Her code: Engendering Change in the Silicon Valley | Gender Report on Technology

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The dearth of women in technology-related fields has been an enduring challenge. One traditionally explored via predictable frameworks – educational, governmental, and cultural. Less considered, and for some reason less obvious, is the technological dimension. We began our research into the under-representation of women in the Sciences, Technology, Engineering, & Math (STEM) fields with these frameworks. Guided by a historical perspective, enriched by interviews with high-profile women executives and journalists in tech, supplemented by interviews with young girls, and complemented by literature review and secondary research, we came to a surprising path of inquiry. What role does technology itself play in the evolution of women’s career trajectories in the tech field?

The genesis of our inquiry into “women in tech” began in 2009, but it had in fact been building for a long time before that. Orange Labs San Francisco (OLSF) researchers and managers had been seeing more and more activity in the Silicon Valley ecosystem being headed up by women. Activity in the broadest sense: events, startups, influential blogs, and keynote presentations at major conferences by venture capitalists, CIOs and CTOs at companies like Cisco and Adobe, Sun and Agilent. A core group met to discuss what would be involved in a focused study examining the history, current status, and future of women in the cradle of high-tech, Silicon Valley.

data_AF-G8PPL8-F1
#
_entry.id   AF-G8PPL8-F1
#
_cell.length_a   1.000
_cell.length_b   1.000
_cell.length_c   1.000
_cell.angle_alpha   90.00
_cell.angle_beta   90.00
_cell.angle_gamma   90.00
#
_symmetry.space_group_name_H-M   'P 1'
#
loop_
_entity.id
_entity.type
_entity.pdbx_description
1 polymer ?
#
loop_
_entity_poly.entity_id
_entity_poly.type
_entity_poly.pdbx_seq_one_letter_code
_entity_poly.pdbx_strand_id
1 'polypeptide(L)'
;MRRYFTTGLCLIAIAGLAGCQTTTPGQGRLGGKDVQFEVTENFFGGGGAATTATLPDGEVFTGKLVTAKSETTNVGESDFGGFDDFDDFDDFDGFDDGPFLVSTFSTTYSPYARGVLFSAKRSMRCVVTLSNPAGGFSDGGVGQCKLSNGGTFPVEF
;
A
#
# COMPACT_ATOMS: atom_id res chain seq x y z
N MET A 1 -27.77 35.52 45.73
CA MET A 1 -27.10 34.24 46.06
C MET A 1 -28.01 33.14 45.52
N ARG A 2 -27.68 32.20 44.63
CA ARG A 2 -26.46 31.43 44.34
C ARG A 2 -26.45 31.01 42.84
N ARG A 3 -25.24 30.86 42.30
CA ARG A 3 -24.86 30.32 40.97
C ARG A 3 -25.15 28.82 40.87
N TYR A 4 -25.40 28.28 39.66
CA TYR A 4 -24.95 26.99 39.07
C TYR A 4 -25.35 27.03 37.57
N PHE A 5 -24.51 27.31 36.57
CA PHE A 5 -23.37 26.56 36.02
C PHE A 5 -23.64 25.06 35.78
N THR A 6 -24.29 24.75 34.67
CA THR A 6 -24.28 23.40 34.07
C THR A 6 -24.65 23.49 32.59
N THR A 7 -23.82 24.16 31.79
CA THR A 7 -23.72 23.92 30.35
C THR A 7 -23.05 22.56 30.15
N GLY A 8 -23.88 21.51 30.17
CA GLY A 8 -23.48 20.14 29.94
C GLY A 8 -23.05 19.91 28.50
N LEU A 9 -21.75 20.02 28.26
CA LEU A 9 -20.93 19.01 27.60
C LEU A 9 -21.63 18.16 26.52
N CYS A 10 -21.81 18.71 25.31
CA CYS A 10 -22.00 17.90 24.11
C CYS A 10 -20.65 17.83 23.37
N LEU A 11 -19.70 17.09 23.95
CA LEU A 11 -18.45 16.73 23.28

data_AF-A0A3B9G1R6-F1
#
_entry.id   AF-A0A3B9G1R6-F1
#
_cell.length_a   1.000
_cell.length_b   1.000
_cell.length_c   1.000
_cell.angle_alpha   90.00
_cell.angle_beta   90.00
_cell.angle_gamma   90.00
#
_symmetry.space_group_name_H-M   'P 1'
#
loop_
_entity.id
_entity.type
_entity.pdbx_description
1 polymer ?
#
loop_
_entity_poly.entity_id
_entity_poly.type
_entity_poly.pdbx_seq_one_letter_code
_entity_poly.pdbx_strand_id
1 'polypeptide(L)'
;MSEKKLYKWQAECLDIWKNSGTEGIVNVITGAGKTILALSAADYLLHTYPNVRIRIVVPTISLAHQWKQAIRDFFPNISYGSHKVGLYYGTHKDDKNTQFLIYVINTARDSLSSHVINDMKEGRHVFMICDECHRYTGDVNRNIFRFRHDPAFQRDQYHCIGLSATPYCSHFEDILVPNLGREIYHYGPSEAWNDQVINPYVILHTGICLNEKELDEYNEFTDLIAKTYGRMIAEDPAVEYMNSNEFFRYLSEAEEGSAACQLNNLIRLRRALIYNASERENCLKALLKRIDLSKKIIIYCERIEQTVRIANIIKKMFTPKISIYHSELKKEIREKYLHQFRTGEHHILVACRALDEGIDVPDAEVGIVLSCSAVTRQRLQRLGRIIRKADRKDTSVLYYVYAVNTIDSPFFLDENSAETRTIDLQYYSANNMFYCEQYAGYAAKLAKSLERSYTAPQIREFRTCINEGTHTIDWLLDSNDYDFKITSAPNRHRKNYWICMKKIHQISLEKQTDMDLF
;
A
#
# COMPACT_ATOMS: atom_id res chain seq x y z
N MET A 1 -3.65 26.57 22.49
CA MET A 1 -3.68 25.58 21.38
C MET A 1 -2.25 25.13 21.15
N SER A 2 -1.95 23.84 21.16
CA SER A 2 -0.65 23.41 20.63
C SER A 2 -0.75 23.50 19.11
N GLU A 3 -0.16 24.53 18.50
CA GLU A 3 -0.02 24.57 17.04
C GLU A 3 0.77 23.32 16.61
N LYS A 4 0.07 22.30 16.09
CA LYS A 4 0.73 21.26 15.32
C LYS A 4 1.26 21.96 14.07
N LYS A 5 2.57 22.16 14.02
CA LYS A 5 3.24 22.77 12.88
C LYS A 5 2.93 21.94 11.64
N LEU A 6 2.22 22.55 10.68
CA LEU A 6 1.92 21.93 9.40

The phrase “women in tech” has many facets to it. Our research team has taken a broad interpretation of the phrase, and offset this with a strong focus on Silicon Valley, where the Orange Labs San Francisco facility regularly hosts interactions with the ecosystem, as well as maintains an active schedule of attending external events and engaging with the Silicon Valley tech community. Indeed, the growing number of networking events designed around the “women in tech” theme in this area was one impetus for conducting the study. The broad definition of “women in tech” encompasses over 30 years of activity in multiple disciplines including Academia/ Education, Engineering, Product/Industrial Design, Marketing, & Management/Finance.

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